The antibiotic-resistant bacterium Stenotrophomonas maltophilia, a dangerous bacteria for people with lung diseases such as cystic fibrosis (CF), is widely spread around the world, with most strains carrying virulence and resistance genes, a large genetic study shows.
The study, “The phylogenetic landscape and nosocomial spread of the multidrug-resistant opportunist Stenotrophomonas maltophilia,” was published in the journal Nature Communications.
Stenotrophomonas maltophilia is increasingly recognized as a dangerous pathogen, with the World Health Organization listing it as one of the leading drug-resistant pathogens in hospital settings. This is particularly troublesome for patients with CF and other lung diseases, as well as those with compromised immune systems. The bacterium most frequently causes infections in the airways, in the blood (bacteraemia), or in catheters.
Despite the worrisome clinical scenario associated with S. maltophilia infection, little is known about the bacterium’s infectivity and its transmission worldwide.
To address this question, an international partnership with scientists from eight countries established a standardized method to analyze the genome of the different strains of S. maltophilia.
The team analyzed a global collection of newly sequenced S. maltophilia strains together with publicly available whole-genome data. In total, they collected data of 2,389 strains from 22 countries on four continents.
“Our data provide evidence for the global prevalence of particular circulating lineages with hospital-linked clusters collected within short time intervals suggesting transmission,” the researchers wrote. “The latter emphasises the need to instate or re-enforce hygiene and infection control practices to minimise in-hospital spread of these pathogens.”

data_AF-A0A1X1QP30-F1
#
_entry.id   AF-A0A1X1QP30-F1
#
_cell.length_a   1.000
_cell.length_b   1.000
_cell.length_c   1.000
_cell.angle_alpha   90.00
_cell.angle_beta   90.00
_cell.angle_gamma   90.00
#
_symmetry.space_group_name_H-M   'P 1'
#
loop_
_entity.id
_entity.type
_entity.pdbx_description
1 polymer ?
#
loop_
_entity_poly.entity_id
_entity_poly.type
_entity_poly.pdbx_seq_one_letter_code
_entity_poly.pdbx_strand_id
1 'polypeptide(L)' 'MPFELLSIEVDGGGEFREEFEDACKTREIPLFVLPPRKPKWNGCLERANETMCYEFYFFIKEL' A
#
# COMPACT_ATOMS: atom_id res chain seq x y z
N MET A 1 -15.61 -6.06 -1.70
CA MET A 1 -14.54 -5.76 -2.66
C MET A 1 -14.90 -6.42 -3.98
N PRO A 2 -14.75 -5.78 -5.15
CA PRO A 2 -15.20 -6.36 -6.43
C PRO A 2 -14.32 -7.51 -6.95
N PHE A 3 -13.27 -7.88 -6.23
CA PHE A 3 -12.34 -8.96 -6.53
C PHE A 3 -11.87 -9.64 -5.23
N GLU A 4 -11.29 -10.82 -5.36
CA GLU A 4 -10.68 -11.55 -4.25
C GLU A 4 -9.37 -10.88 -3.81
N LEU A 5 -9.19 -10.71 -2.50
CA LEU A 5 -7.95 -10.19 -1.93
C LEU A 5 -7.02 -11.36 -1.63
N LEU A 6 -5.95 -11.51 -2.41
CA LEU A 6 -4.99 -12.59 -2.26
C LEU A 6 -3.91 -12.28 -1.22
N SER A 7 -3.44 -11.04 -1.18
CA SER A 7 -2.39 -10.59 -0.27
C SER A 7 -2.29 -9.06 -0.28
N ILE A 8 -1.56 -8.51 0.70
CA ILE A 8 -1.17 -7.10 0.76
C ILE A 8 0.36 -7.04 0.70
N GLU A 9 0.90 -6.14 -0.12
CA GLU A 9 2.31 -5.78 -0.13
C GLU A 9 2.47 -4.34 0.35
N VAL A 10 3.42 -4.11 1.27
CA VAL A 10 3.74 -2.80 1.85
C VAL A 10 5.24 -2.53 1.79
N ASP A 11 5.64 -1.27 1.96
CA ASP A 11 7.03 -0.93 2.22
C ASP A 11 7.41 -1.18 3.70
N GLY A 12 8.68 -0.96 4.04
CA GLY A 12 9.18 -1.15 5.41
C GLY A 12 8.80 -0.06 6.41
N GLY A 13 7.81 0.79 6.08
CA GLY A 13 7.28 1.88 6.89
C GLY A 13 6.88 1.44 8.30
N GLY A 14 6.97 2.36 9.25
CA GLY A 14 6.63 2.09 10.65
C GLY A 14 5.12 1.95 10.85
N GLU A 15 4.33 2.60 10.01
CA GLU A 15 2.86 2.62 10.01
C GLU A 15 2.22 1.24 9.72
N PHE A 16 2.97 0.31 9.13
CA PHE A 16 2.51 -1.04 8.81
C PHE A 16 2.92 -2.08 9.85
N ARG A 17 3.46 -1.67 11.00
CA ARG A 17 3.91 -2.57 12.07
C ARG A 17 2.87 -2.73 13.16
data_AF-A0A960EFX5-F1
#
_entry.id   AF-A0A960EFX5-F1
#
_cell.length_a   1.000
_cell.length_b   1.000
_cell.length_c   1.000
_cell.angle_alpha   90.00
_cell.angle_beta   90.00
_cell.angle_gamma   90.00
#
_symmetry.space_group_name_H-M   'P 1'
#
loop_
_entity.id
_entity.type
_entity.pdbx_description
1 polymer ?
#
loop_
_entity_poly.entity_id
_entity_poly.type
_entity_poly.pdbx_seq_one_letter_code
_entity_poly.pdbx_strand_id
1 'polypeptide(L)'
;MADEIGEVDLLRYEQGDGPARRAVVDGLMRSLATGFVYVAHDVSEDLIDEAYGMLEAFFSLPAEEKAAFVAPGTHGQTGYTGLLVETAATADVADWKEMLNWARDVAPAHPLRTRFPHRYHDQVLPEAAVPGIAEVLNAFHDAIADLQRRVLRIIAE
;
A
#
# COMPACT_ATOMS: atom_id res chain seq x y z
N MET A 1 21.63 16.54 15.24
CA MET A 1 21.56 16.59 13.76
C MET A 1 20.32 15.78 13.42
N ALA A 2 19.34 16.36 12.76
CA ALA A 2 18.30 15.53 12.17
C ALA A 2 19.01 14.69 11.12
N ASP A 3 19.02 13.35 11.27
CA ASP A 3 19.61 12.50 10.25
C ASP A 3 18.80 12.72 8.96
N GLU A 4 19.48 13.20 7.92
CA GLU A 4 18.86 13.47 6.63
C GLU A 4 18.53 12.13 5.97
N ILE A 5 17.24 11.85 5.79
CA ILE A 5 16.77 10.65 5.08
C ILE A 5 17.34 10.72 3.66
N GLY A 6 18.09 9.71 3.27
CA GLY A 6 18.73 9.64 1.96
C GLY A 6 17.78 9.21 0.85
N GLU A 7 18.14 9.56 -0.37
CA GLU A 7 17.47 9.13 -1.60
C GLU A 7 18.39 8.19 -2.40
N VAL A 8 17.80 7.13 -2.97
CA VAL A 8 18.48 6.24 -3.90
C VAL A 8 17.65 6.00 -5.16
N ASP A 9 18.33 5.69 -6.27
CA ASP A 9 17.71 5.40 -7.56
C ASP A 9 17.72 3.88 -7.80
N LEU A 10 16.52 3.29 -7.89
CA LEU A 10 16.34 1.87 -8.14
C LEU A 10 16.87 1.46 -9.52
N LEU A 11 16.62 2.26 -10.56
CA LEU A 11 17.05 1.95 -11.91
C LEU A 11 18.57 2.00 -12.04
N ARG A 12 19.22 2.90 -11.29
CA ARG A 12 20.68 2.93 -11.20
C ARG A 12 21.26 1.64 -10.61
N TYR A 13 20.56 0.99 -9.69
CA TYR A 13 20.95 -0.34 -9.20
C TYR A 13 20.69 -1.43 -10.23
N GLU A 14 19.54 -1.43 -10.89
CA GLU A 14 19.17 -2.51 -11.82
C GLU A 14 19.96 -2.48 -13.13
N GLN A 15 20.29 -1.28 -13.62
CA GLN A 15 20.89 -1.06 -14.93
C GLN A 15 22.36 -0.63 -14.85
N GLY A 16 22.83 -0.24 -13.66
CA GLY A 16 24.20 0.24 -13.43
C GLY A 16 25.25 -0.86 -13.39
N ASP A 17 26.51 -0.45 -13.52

Using a bioinformatics method known as Hierarchical Bayesian analysis, which groups genetically similar strains, the researchers found that the global population of S. maltophilia comprises a total of 23 lineages.
Next, they assessed how different S. maltophilia strains and lineages were distributed around the world.
Eight strains — Sm2, Sm3, Sm4a, Sm6, Sm7, Sm9, Sm10, and Sm12 — were found to be present on every continent. In particular, Sm6 was the strain most globally spread, and it was also found in the largest proportion on each sampled continent.
Although some of the 23 lineages — including Sgn1, Sgn2, Sgn3, and Sm11 — were classified as environmental, meaning they came from natural environments, most were anthropogenic, i.e., were adapted to the human host. These, such as Sm4b, were classified as human-invasive when found in blood, urine, drainage fluids, or cerebrospinal fluid (CSF, the fluid surrounding the brain and spinal cord).
To determine the infection potential of S. maltophilia strains, the researchers screened the data for genes related to virulence and resistance. They found that resistance genes were broadly present in S. maltophilia strains — for example, 69% of the strains were able to produce aminoglycoside-modifying enzymes, a common mechanism of antibiotic resistance.
In addition, virulence genes such as SmoR involved in mobility and quorum sensing (a mechanism that bacteria use to feel the presence of large amounts of bacteria from the same strain) was found in 89.3% of the strains.
The researchers highlighted that the Sm6 strain, in particular, was characterized by the presence of crucial virulence and resistance genes that made this strain “potentially best adapted to colonize or infect humans.”
“This suggests that a specific gene configuration may promote the spread of different S. maltophilia subtypes in the hospital setting, i.e. under antimicrobial treatment,” Matthias Gröschel, the study’s first author, from the Research Center Borstel–Leibniz Lung Center, Germany, said in a press release.
Moreover, analysis of strain transmission in hospital outbreaks showed that genetically similar strains were isolated in short intervals of days or weeks in the same hospitals.
“Combined with studies on other pathogens, our results show how systematic genome-based monitoring of S. maltophilia and other pathogens in hospital settings can help detect transmission pathways and improve infection control,” said Thomas Kohl, senior author of the study.
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